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Question #839

During the United Kingdom Prospective Diabetes Study (UKPDS), patients with type 2 diabetes were assigned to the intensive treatment arm (received a sulfonylurea or insulin, or metformin if overweight) or a conventional treatment arm (dietary interventions only). In the intensive treatment arm, which one of the following benefits became apparent only when a 10-year follow-up study was conducted?


Answer: C. Reduced risk of myocardial infarction

The United Kingdom Prospective Diabetes Study (UKPDS) was designed to assess whether intensive blood-glucose control would impact not only microvascular, but also macrovascular complications in patients with type 2 diabetes. All participants (N=5102) received 3 months of dietary therapy. At the 3-month mark, those who had fasting plasma glucoses of 110-270 mg/dL (N=3867) were randomly assigned to either continue with the dietary therapy or receive more intense glycemic control (either a sulfonyurea or insulin, or in overweight individuals, metformin).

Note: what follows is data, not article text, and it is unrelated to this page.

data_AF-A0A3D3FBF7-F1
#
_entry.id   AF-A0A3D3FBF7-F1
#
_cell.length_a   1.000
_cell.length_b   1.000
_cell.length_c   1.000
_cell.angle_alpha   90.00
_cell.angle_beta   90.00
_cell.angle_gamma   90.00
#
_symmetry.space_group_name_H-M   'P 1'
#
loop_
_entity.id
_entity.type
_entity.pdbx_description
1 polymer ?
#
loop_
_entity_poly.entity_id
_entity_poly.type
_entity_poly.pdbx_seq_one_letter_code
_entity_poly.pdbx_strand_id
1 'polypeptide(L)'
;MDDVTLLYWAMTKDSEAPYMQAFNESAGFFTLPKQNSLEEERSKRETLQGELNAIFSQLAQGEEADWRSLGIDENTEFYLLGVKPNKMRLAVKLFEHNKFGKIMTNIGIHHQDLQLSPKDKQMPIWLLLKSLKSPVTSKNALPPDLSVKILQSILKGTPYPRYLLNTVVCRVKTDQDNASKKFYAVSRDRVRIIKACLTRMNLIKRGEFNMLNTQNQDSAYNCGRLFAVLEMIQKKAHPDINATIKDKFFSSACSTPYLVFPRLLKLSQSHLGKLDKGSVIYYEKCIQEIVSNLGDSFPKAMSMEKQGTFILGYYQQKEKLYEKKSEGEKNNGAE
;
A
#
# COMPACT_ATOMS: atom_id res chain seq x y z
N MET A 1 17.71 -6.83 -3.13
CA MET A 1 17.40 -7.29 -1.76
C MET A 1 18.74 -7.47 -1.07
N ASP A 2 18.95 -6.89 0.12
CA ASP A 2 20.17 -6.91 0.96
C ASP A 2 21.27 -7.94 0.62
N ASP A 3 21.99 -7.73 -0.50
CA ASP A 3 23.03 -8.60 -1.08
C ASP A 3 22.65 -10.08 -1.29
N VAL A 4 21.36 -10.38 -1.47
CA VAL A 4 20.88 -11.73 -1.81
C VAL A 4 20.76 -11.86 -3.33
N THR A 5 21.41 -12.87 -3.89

Differences in outcomes between the dietary therapy only group and the intensive treatment group were assessed through three aggregate endpoints: any diabetes-related endpoint, diabetes-related death, and all-cause mortality. The intensive regimen group had lower overall mean A1C, 12% lower risk for any diabetes-related endpoint (in this aggregate, a significant portion was due to a 25% risk reduction in microvascular endpoints), 10% lower risk for diabetes-related death, and a 6% lower risk for all-cause mortality. When compared to the dietary therapy only group, patients in the intensive treatment arm had significantly greater weight gain.

While there was a reduction in nonfatal MIs, fatal MIs, or sudden death, at that time it was concluded that intensive blood glucose control in patients with type 2 diabetes resulted in decreased risk of microvascular, but not macrovascular complications. Patient participants were followed for a 10-year period to assess the durability of the risk reductions. Although differences in A1C were lost, the risk reduction in microvascular complications was maintained. Over the 10-year period, risk reductions for myocardial infarction and death from any cause emerged.

BJCP. "The UK Prospective Diabetes Study (UKPDS): clinical and therapeutic implications for type 2 diabetes." Br J Clin Pharmacol. 1999 Nov; 48(5): 643–648. doi:  10.1046/j.1365-2125.1999.00092.